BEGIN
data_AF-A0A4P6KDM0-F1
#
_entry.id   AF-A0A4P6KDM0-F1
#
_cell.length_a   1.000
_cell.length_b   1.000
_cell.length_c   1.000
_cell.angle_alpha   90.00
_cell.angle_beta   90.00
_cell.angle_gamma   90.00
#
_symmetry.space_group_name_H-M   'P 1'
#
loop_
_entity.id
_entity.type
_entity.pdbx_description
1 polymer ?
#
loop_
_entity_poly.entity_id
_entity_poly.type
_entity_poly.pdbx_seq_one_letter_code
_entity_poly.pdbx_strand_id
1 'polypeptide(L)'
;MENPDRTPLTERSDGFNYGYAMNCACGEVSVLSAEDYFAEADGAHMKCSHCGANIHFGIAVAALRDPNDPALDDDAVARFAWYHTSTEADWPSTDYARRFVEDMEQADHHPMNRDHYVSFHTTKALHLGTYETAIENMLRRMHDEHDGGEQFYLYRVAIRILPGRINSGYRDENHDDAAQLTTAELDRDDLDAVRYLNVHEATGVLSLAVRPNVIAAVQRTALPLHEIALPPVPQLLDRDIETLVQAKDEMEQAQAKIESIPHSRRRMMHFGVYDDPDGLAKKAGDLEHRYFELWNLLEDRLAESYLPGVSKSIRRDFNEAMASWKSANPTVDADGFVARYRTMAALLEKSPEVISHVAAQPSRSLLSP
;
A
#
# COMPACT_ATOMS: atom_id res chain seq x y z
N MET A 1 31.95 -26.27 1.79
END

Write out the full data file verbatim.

data_AF-A0A4P6KDM0-F1
#
_entry.id   AF-A0A4P6KDM0-F1
#
_cell.length_a   1.000
_cell.length_b   1.000
_cell.length_c   1.000
_cell.angle_alpha   90.00
_cell.angle_beta   90.00
_cell.angle_gamma   90.00
#
_symmetry.space_group_name_H-M   'P 1'
#
loop_
_entity.id
_entity.type
_entity.pdbx_description
1 polymer ?
#
loop_
_entity_poly.entity_id
_entity_poly.type
_entity_poly.pdbx_seq_one_letter_code
_entity_poly.pdbx_strand_id
1 'polypeptide(L)'
;MENPDRTPLTERSDGFNYGYAMNCACGEVSVLSAEDYFAEADGAHMKCSHCGANIHFGIAVAALRDPNDPALDDDAVARFAWYHTSTEADWPSTDYARRFVEDMEQADHHPMNRDHYVSFHTTKALHLGTYETAIENMLRRMHDEHDGGEQFYLYRVAIRILPGRINSGYRDENHDDAAQLTTAELDRDDLDAVRYLNVHEATGVLSLAVRPNVIAAVQRTALPLHEIALPPVPQLLDRDIETLVQAKDEMEQAQAKIESIPHSRRRMMHFGVYDDPDGLAKKAGDLEHRYFELWNLLEDRLAESYLPGVSKSIRRDFNEAMASWKSANPTVDADGFVARYRTMAALLEKSPEVISHVAAQPSRSLLSP
;
A
#
# COMPACT_ATOMS: atom_id res chain seq x y z
N MET A 1 31.95 -26.27 1.79